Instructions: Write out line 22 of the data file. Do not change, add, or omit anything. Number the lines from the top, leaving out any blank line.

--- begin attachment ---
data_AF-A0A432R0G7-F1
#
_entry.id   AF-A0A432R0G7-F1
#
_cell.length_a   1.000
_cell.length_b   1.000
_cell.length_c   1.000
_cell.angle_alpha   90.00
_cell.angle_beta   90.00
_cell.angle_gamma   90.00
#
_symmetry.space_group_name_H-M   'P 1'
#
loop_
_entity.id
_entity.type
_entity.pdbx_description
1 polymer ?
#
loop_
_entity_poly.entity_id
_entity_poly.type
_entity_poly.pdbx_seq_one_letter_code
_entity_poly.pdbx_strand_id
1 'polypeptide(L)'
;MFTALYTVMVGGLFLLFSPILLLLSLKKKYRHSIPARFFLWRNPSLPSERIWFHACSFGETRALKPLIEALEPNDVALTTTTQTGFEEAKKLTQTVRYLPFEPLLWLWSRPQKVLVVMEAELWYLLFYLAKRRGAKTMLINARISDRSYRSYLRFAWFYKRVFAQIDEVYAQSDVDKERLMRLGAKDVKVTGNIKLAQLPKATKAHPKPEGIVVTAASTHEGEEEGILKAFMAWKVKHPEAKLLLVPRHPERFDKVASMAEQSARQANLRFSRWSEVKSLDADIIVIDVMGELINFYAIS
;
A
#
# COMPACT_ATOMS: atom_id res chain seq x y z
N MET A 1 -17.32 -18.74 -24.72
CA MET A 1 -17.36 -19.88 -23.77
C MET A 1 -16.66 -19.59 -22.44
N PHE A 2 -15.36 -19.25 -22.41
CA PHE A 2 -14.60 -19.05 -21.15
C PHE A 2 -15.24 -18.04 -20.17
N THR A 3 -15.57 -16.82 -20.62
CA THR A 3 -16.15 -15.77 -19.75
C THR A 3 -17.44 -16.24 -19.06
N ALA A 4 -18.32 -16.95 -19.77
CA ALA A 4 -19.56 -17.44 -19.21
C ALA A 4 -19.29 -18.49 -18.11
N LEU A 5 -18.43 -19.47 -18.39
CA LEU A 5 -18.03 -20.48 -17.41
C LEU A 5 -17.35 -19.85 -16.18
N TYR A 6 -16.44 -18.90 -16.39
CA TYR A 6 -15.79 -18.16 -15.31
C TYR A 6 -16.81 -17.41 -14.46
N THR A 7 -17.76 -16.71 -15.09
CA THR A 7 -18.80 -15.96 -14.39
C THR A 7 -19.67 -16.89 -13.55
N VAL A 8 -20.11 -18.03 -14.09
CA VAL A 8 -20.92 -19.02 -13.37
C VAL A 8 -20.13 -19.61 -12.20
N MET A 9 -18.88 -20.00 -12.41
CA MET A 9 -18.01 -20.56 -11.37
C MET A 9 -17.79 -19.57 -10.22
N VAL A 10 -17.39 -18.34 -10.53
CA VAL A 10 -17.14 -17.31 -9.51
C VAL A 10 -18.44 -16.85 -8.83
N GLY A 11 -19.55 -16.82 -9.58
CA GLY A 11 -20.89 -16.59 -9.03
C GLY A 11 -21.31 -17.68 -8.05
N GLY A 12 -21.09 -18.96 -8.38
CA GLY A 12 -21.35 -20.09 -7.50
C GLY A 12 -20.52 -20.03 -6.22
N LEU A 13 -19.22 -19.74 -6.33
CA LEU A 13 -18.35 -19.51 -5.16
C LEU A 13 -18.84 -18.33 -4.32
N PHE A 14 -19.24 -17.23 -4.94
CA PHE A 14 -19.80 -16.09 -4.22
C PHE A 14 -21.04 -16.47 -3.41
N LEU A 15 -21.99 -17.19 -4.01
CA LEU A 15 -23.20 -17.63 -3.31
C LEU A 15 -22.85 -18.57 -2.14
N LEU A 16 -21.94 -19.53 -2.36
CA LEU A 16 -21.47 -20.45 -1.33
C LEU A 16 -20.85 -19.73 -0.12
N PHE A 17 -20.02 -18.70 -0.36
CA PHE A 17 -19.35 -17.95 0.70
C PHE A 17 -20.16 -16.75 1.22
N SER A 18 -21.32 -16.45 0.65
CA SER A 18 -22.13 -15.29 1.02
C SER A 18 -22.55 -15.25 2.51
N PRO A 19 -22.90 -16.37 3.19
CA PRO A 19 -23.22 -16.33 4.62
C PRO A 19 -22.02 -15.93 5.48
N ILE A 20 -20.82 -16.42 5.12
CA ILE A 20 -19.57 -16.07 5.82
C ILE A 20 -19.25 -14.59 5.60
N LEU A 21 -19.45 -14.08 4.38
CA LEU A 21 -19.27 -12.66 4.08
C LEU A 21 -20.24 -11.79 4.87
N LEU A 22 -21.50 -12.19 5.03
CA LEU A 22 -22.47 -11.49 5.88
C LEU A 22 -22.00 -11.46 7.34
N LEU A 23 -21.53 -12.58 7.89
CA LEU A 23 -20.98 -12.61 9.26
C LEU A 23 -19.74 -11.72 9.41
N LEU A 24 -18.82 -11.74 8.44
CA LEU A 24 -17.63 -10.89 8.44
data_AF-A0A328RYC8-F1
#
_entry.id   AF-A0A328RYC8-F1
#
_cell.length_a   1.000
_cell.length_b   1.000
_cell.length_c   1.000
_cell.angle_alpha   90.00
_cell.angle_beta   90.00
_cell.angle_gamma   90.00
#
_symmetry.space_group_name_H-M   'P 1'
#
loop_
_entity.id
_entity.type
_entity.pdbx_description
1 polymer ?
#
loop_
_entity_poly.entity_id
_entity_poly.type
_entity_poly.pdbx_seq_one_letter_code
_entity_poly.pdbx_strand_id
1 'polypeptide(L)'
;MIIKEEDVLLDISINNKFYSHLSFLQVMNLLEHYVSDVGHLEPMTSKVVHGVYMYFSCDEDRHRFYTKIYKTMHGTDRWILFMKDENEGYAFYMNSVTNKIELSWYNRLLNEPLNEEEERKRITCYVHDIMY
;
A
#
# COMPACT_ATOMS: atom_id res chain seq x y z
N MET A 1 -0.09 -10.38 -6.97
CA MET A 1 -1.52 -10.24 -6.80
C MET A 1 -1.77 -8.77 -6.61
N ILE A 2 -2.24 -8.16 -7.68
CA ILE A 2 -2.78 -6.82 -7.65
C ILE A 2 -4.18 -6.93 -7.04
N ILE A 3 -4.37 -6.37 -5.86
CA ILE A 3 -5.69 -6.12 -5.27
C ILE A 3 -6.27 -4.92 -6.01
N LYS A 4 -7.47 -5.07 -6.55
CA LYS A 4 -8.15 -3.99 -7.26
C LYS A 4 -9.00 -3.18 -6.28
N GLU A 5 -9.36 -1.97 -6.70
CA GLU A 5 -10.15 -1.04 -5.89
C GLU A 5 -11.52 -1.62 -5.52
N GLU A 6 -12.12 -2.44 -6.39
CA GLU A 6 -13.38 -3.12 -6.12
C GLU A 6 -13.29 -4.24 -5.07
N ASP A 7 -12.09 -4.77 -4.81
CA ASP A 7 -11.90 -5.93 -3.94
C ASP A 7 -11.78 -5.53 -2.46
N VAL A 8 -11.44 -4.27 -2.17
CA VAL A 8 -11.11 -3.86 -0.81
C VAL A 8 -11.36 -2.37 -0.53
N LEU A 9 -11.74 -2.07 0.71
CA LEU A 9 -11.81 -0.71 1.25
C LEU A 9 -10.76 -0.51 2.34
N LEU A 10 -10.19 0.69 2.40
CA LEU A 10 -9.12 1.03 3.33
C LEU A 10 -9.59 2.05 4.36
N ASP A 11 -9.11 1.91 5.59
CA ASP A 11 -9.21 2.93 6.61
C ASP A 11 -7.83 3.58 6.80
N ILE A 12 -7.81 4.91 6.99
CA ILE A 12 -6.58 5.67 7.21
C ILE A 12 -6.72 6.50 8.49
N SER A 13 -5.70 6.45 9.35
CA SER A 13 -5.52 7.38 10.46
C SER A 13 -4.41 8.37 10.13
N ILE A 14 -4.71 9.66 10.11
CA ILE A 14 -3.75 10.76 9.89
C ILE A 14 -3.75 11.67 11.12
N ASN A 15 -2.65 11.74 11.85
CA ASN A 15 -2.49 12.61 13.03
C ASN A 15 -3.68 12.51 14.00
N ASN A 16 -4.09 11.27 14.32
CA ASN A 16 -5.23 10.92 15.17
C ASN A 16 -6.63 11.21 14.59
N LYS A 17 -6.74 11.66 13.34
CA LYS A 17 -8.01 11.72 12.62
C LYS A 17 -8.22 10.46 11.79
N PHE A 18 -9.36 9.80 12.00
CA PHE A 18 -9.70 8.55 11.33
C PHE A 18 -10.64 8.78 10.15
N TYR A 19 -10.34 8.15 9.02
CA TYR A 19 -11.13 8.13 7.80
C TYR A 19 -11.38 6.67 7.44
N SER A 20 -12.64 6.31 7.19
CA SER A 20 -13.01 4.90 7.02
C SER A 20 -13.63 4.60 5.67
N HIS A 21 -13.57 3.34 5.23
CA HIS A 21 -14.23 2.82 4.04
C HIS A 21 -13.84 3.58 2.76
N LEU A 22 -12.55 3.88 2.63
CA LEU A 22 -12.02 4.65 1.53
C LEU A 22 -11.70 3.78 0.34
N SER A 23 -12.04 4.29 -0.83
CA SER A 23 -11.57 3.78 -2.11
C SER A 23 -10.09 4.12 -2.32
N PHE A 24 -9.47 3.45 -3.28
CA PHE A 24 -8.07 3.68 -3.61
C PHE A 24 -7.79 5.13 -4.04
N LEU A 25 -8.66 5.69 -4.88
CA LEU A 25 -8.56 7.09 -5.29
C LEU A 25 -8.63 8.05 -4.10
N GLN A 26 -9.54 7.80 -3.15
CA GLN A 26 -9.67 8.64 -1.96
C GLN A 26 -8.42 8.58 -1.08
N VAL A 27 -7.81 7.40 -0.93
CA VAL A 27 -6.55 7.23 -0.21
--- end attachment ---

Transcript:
_entity_poly.type